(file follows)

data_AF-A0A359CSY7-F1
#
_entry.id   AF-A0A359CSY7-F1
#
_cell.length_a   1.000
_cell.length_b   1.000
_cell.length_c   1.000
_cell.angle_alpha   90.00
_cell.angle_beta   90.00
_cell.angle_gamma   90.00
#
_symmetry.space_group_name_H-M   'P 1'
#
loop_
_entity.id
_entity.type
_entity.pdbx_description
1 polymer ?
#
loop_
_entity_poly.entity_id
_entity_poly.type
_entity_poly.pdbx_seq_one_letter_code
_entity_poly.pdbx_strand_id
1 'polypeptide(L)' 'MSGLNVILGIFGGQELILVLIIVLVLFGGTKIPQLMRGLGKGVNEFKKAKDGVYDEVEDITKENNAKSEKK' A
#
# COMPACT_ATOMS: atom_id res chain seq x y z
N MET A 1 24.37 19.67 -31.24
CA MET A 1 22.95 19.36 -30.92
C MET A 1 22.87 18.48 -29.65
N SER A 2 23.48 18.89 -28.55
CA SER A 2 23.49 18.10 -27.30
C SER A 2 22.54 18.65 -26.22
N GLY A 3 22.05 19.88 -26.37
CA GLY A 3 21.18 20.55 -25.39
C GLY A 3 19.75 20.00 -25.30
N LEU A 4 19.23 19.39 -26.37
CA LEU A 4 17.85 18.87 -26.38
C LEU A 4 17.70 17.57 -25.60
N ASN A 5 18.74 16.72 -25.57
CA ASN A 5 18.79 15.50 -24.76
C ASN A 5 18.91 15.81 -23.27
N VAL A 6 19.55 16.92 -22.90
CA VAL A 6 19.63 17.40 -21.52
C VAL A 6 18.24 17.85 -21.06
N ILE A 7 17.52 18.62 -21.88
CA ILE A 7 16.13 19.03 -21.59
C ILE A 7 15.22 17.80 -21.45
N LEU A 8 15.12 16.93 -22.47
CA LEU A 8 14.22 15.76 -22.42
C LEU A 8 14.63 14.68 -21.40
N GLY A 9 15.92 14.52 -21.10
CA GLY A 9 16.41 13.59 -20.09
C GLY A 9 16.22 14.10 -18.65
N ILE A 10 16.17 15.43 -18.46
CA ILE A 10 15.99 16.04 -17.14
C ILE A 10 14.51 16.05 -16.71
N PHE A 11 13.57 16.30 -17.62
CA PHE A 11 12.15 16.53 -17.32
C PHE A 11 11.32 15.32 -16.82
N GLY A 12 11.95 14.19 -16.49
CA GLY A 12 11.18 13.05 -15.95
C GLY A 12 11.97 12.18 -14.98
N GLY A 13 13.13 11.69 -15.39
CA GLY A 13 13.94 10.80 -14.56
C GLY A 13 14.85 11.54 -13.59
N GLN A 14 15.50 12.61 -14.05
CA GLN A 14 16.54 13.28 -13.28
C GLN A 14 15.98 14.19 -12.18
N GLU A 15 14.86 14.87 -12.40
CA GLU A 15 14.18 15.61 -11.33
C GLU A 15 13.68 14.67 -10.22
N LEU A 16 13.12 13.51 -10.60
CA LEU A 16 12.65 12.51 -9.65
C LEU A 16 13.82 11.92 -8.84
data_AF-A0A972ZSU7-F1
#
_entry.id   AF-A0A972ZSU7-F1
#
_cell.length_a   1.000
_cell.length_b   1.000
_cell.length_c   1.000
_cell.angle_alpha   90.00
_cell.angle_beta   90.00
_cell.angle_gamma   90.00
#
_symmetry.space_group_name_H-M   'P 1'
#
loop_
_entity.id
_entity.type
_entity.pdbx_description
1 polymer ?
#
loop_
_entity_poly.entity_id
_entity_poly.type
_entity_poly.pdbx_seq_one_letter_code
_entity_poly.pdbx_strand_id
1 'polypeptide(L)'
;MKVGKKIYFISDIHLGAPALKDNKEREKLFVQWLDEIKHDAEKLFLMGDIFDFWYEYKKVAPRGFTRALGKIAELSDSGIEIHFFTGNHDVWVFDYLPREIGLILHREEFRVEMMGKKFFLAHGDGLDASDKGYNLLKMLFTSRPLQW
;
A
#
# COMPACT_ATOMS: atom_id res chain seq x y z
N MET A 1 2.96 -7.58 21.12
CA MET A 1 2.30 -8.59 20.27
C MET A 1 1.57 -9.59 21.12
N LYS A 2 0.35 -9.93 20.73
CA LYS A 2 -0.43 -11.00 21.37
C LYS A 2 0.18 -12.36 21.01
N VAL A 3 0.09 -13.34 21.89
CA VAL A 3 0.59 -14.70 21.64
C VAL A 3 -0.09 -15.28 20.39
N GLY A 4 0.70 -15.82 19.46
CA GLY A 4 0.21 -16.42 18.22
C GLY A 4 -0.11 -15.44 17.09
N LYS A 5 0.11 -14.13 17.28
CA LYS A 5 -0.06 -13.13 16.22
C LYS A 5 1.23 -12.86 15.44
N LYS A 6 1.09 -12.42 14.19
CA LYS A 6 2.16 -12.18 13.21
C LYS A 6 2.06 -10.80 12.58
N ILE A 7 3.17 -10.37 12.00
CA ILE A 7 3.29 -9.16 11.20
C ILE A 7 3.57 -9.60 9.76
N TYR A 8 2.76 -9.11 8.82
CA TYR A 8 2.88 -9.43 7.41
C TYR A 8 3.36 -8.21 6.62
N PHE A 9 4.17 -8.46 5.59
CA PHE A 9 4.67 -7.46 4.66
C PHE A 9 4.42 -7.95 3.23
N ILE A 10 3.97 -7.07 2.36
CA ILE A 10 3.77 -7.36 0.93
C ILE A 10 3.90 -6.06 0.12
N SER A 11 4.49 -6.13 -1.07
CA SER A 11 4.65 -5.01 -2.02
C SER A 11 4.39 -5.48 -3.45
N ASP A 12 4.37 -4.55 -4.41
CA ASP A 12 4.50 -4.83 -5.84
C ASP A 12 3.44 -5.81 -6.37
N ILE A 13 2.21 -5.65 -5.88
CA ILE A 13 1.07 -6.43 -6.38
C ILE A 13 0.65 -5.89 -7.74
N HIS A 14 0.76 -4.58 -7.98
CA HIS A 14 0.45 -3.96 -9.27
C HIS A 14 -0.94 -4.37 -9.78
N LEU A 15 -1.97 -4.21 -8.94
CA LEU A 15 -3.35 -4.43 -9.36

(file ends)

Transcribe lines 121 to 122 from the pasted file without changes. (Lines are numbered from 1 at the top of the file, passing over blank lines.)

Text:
N LYS A 6 1.09 -12.42 14.19
CA LYS A 6 2.16 -12.18 13.21